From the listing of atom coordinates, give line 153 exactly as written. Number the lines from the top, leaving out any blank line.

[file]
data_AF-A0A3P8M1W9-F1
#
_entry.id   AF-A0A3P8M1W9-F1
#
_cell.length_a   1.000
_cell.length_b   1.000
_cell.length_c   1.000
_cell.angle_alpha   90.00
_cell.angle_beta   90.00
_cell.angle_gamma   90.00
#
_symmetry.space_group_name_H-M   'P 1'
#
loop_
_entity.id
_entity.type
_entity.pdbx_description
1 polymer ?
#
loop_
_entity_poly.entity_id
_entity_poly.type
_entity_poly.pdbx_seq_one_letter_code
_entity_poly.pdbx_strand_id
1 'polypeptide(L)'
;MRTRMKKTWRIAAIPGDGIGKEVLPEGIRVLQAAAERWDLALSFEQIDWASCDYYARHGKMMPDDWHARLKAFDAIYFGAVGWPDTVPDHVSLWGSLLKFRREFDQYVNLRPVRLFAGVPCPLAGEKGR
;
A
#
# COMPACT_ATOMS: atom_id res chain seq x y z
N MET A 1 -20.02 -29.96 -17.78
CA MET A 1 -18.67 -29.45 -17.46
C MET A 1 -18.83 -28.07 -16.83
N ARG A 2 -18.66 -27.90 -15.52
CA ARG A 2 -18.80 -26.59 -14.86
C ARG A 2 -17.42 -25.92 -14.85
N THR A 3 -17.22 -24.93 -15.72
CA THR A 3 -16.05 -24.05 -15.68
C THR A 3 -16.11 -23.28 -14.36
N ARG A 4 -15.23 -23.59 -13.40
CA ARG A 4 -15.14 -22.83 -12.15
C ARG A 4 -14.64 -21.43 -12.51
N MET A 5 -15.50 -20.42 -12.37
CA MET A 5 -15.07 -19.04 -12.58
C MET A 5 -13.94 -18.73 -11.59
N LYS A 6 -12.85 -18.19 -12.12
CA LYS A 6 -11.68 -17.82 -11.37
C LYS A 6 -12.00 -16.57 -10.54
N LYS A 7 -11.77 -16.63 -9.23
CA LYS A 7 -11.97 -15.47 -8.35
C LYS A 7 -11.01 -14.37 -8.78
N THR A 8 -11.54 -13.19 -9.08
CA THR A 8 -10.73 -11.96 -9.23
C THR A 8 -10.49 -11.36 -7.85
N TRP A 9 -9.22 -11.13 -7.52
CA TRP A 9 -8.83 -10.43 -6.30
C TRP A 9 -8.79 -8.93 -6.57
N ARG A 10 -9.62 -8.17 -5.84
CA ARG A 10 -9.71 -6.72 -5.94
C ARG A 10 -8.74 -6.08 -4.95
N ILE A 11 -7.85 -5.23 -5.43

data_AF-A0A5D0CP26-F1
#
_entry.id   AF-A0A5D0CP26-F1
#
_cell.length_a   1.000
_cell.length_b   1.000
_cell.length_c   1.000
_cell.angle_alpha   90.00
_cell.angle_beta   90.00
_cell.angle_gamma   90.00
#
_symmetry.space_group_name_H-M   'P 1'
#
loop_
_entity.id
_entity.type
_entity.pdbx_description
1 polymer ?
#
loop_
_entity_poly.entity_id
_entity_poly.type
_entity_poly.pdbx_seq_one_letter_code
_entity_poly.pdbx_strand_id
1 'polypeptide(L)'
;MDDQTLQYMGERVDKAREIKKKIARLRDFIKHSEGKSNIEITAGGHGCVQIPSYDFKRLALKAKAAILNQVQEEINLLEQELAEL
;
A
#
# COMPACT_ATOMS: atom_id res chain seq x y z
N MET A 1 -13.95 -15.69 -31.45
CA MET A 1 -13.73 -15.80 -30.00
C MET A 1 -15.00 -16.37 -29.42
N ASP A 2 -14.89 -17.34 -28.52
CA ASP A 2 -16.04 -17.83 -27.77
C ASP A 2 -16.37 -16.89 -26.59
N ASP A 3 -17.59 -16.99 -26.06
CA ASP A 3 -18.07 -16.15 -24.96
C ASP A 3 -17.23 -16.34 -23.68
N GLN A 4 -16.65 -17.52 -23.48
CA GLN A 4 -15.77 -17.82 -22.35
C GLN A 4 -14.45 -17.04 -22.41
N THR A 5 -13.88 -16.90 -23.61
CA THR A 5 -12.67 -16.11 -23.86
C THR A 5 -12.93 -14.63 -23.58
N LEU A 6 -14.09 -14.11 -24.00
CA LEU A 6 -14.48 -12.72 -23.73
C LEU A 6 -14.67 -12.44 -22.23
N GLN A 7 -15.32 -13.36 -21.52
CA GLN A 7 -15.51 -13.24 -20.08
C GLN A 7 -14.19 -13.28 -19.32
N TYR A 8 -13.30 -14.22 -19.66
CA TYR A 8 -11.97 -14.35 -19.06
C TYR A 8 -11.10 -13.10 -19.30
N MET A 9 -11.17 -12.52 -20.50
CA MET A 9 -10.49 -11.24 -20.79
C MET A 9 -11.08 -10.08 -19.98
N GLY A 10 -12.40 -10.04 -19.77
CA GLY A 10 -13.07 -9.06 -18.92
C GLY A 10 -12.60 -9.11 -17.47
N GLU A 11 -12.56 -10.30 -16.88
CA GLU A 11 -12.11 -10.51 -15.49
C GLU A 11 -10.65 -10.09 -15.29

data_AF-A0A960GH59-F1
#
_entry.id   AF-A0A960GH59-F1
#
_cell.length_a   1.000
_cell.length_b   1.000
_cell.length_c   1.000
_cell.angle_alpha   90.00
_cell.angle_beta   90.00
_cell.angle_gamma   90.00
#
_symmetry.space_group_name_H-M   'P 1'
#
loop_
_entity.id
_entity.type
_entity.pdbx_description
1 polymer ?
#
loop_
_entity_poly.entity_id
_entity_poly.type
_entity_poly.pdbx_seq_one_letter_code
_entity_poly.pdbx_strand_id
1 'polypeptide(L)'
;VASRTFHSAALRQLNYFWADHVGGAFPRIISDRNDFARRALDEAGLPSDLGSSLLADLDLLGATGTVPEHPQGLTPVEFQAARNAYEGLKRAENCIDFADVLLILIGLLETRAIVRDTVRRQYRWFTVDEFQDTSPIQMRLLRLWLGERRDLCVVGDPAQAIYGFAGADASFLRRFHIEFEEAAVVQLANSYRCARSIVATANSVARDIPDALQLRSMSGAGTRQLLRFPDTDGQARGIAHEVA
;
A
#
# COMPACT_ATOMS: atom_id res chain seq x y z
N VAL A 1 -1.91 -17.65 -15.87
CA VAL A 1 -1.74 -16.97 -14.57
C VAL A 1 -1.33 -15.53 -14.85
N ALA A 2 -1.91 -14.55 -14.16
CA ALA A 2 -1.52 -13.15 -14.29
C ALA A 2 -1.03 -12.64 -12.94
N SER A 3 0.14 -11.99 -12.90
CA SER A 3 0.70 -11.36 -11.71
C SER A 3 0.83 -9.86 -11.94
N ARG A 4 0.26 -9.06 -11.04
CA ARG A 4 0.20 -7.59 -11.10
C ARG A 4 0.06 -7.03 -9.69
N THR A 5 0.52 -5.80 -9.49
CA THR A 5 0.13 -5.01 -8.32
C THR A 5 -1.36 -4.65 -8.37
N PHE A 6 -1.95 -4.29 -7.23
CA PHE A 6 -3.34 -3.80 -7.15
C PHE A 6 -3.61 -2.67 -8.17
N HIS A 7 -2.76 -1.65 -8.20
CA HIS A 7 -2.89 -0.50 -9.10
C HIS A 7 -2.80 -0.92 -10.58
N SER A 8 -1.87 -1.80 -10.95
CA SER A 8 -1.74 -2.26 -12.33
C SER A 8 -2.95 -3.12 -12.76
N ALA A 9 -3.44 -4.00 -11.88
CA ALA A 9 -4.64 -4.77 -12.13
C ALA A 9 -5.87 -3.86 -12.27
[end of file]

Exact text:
#